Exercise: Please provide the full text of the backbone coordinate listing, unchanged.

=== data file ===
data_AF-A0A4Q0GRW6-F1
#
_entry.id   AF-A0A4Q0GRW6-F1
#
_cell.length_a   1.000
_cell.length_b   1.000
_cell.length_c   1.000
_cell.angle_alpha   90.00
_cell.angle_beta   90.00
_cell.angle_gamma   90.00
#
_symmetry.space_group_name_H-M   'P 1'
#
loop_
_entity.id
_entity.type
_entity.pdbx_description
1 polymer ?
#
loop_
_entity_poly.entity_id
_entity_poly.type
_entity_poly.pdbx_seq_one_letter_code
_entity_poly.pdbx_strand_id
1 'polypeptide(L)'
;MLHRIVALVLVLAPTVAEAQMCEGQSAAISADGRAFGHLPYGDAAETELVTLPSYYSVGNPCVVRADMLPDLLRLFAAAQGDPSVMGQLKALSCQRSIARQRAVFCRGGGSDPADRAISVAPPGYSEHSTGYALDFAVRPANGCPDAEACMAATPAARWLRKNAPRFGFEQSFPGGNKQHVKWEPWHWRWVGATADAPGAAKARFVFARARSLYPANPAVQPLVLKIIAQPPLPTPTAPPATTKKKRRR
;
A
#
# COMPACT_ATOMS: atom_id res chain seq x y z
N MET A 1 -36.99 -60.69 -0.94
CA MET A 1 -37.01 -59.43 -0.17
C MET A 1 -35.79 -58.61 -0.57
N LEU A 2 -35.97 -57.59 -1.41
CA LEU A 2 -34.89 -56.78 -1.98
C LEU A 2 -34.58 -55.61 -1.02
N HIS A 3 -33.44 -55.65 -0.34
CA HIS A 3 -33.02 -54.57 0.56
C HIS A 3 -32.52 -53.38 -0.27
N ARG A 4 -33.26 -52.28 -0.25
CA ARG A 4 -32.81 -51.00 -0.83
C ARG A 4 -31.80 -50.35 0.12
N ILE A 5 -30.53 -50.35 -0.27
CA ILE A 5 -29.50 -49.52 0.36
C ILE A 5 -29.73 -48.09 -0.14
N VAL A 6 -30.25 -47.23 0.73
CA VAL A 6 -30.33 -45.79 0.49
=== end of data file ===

data_AF-A0A4Q0GRW6-F1
#
_entry.id   AF-A0A4Q0GRW6-F1
#
_cell.length_a   1.000
_cell.length_b   1.000
_cell.length_c   1.000
_cell.angle_alpha   90.00
_cell.angle_beta   90.00
_cell.angle_gamma   90.00
#
_symmetry.space_group_name_H-M   'P 1'
#
loop_
_entity.id
_entity.type
_entity.pdbx_description
1 polymer ?
#
loop_
_entity_poly.entity_id
_entity_poly.type
_entity_poly.pdbx_seq_one_letter_code
_entity_poly.pdbx_strand_id
1 'polypeptide(L)'
;MLHRIVALVLVLAPTVAEAQMCEGQSAAISADGRAFGHLPYGDAAETELVTLPSYYSVGNPCVVRADMLPDLLRLFAAAQGDPSVMGQLKALSCQRSIARQRAVFCRGGGSDPADRAISVAPPGYSEHSTGYALDFAVRPANGCPDAEACMAATPAARWLRKNAPRFGFEQSFPGGNKQHVKWEPWHWRWVGATADAPGAAKARFVFARARSLYPANPAVQPLVLKIIAQPPLPTPTAPPATTKKKRRR
;
A
#
# COMPACT_ATOMS: atom_id res chain seq x y z
N MET A 1 -36.99 -60.69 -0.94
CA MET A 1 -37.01 -59.43 -0.17
C MET A 1 -35.79 -58.61 -0.57
N LEU A 2 -35.97 -57.59 -1.41
CA LEU A 2 -34.89 -56.78 -1.98
C LEU A 2 -34.58 -55.61 -1.02
N HIS A 3 -33.44 -55.65 -0.34
CA HIS A 3 -33.02 -54.57 0.56
C HIS A 3 -32.52 -53.38 -0.27
N ARG A 4 -33.26 -52.28 -0.25
CA ARG A 4 -32.81 -51.00 -0.83
C ARG A 4 -31.80 -50.35 0.12
N ILE A 5 -30.53 -50.35 -0.27
CA ILE A 5 -29.50 -49.52 0.36
C ILE A 5 -29.73 -48.09 -0.14
N VAL A 6 -30.25 -47.23 0.73
CA VAL A 6 -30.33 -45.79 0.49